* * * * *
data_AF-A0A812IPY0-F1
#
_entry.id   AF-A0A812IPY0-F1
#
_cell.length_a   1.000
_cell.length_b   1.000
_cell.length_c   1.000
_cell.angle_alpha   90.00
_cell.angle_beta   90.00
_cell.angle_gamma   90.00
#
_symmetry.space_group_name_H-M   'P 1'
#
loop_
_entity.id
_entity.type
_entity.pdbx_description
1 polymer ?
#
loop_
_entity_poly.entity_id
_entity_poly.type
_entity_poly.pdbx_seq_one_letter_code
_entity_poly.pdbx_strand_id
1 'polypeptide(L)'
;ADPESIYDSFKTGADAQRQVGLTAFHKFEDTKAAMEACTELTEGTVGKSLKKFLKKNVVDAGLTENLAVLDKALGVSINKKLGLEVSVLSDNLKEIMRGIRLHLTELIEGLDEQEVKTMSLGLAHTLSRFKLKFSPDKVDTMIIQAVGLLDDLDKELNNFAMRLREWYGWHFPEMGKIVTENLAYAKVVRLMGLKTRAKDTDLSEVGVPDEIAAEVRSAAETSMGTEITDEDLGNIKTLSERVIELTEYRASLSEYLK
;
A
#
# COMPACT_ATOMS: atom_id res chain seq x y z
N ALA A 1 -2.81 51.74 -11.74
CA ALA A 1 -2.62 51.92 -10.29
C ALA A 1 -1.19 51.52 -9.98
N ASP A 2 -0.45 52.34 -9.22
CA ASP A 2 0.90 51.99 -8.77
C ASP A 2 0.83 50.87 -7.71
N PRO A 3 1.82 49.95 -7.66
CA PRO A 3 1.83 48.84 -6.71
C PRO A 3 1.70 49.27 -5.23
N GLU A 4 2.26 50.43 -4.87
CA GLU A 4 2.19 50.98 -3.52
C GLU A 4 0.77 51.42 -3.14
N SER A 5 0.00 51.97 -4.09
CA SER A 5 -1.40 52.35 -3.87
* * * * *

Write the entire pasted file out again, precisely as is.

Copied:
data_AF-A0A812IPY0-F1
#
_entry.id   AF-A0A812IPY0-F1
#
_cell.length_a   1.000
_cell.length_b   1.000
_cell.length_c   1.000
_cell.angle_alpha   90.00
_cell.angle_beta   90.00
_cell.angle_gamma   90.00
#
_symmetry.space_group_name_H-M   'P 1'
#
loop_
_entity.id
_entity.type
_entity.pdbx_description
1 polymer ?
#
loop_
_entity_poly.entity_id
_entity_poly.type
_entity_poly.pdbx_seq_one_letter_code
_entity_poly.pdbx_strand_id
1 'polypeptide(L)'
;ADPESIYDSFKTGADAQRQVGLTAFHKFEDTKAAMEACTELTEGTVGKSLKKFLKKNVVDAGLTENLAVLDKALGVSINKKLGLEVSVLSDNLKEIMRGIRLHLTELIEGLDEQEVKTMSLGLAHTLSRFKLKFSPDKVDTMIIQAVGLLDDLDKELNNFAMRLREWYGWHFPEMGKIVTENLAYAKVVRLMGLKTRAKDTDLSEVGVPDEIAAEVRSAAETSMGTEITDEDLGNIKTLSERVIELTEYRASLSEYLK
;
A
#
# COMPACT_ATOMS: atom_id res chain seq x y z
N ALA A 1 -2.81 51.74 -11.74
CA ALA A 1 -2.62 51.92 -10.29
C ALA A 1 -1.19 51.52 -9.98
N ASP A 2 -0.45 52.34 -9.22
CA ASP A 2 0.90 51.99 -8.77
C ASP A 2 0.83 50.87 -7.71
N PRO A 3 1.82 49.95 -7.66
CA PRO A 3 1.83 48.84 -6.71
C PRO A 3 1.70 49.27 -5.23
N GLU A 4 2.26 50.43 -4.87
CA GLU A 4 2.19 50.98 -3.52
C GLU A 4 0.77 51.42 -3.14
N SER A 5 0.00 51.97 -4.09
CA SER A 5 -1.40 52.35 -3.87